COVID-19 has exacerbated levels of sexual and gender-based violence (SGBV). It is vital to ensure that pertinent legal protection and healthcare resources are available to prevent and respond to SGBV.
Emergencies and crises have a well-documented history of deepening structural inequalities and exacerbating risks. The COVID-19 pandemic is no exception. Right now, we find ourselves faced with a frightening dichotomy: an increase in sexual violence in places affected by conflict and violence, coupled with a reduction of services available for victims and survivors. SGBV and its effective prevention must be addressed as part of response to the COVID-19 and all health pandemics.
As always, the 16 Days of Action Against Gender-Based Violence is a testament to the strength and resilience of individuals and communities. It is also, however, a stark reminder of the current magnitude of sexual and gender-based violence as a global crisis. Almost two years into the COVID-19 pandemic, we are witnessing a tragic backslide in the progress gained on preventing and responding to SGBV in humanitarian settings. We can’t afford to let this happen.
Victims and survivors of SGBV are diverse, including not only women and girls, but also men, boys, and those who are marginalised due to their sexual and gender identities. The global SGBV crisis requires a survivor-centred prevention and protection approach in all humanitarian activities, and international humanitarian law (IHL) provides powerful protections to achieve this.
A Shadow Pandemic and a Shrinking Space to Help
When we layer crisis atop crisis – such as an armed conflict with a public health emergency in the context of a global climate emergency – the risks of sexual and gender-based violence spiral, while the available support shrinks and becomes siloed or fragmented.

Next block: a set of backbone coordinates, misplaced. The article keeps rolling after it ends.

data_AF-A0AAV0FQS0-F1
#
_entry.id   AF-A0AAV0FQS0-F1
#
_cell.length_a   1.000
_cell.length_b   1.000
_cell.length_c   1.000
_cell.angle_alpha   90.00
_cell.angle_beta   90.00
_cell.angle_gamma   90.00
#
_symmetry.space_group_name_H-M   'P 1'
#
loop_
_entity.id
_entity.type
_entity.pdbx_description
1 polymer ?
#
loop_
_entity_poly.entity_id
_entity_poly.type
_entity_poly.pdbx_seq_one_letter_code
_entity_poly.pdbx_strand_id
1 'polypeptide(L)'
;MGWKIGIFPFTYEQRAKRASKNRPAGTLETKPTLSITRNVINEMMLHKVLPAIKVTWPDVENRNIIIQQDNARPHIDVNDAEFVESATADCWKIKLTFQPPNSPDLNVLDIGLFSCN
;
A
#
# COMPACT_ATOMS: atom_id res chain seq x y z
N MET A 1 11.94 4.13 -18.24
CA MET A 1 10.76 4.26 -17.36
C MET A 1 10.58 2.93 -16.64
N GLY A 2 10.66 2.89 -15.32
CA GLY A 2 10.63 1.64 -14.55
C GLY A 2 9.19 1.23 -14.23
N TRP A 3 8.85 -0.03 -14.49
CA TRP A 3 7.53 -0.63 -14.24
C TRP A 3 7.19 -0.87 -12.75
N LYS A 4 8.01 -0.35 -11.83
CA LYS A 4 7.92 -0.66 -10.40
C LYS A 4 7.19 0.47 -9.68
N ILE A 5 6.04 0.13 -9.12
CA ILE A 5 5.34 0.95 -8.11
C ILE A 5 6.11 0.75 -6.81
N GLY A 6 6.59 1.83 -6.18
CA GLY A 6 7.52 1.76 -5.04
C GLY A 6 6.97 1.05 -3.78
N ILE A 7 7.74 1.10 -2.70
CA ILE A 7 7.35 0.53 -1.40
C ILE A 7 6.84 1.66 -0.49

Despite the rise in needs, service delivery – by the International Committee of the Red Cross (ICRC) or other organisations – has been impacted by the pandemic, for a range of reasons including financial, human, and technical resources being directed to the COVID-19 response and confinement.
For the victims and survivors, this means disruptions to their existing care and support, lower chances of reaching healthcare facilities in the critical 72-hour post-rape window of time, and limited access to mental health and psychosocial services. The solution is often remote or phone-based, which could put victims and survivors’ personal safety or financial stability at risk.
Within the ICRC, we are seeking to address these gaps by updating referral pathways and sharing them with communities via radio broadcasts, through new partnerships with national Red Cross and Red Crescent Societies to address stigma, by continuing discussions with weapons bearers about sexual violence as a violation of international humanitarian law (IHL), and by ensuring that the primary health care services the ICRC supports can continue to offer lifesaving care.
How Can International Law Help?
IHL, or the law of armed conflict, is unambiguous on the matter of sexual violence. Iit is prohibited in both international and non-international armed conflicts by a number of rules within the Geneva Conventions, as well as their additional protocols, and its prohibition is a rule of customary international humanitarian law.